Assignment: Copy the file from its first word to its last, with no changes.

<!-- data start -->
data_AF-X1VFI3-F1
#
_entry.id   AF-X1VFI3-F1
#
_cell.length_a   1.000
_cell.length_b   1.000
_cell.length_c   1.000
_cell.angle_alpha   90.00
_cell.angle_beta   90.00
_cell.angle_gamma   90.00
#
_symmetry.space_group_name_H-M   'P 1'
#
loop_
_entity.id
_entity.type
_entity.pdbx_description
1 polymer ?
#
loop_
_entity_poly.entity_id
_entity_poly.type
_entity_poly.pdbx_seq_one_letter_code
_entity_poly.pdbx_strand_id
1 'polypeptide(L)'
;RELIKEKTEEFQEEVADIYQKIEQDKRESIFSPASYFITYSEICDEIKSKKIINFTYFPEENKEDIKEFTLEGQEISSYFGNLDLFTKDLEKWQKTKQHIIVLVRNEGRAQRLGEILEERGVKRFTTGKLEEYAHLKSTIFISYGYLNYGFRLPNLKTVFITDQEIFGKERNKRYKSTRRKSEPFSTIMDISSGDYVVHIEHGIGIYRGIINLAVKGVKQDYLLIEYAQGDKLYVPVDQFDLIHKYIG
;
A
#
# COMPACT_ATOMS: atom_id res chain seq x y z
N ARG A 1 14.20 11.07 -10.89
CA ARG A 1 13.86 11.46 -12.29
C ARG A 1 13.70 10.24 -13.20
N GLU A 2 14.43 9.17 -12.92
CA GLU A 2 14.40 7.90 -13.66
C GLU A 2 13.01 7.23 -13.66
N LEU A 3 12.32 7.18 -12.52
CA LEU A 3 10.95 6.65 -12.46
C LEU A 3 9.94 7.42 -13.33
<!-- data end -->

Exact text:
data_AF-X1VFI3-F1
#
_entry.id   AF-X1VFI3-F1
#
_cell.length_a   1.000
_cell.length_b   1.000
_cell.length_c   1.000
_cell.angle_alpha   90.00
_cell.angle_beta   90.00
_cell.angle_gamma   90.00
#
_symmetry.space_group_name_H-M   'P 1'
#
loop_
_entity.id
_entity.type
_entity.pdbx_description
1 polymer ?
#
loop_
_entity_poly.entity_id
_entity_poly.type
_entity_poly.pdbx_seq_one_letter_code
_entity_poly.pdbx_strand_id
1 'polypeptide(L)'
;RELIKEKTEEFQEEVADIYQKIEQDKRESIFSPASYFITYSEICDEIKSKKIINFTYFPEENKEDIKEFTLEGQEISSYFGNLDLFTKDLEKWQKTKQHIIVLVRNEGRAQRLGEILEERGVKRFTTGKLEEYAHLKSTIFISYGYLNYGFRLPNLKTVFITDQEIFGKERNKRYKSTRRKSEPFSTIMDISSGDYVVHIEHGIGIYRGIINLAVKGVKQDYLLIEYAQGDKLYVPVDQFDLIHKYIG
;
A
#
# COMPACT_ATOMS: atom_id res chain seq x y z
N ARG A 1 14.20 11.07 -10.89
CA ARG A 1 13.86 11.46 -12.29
C ARG A 1 13.70 10.24 -13.20
N GLU A 2 14.43 9.17 -12.92
CA GLU A 2 14.40 7.90 -13.66
C GLU A 2 13.01 7.23 -13.66
N LEU A 3 12.32 7.18 -12.52
CA LEU A 3 10.95 6.65 -12.46
C LEU A 3 9.94 7.42 -13.33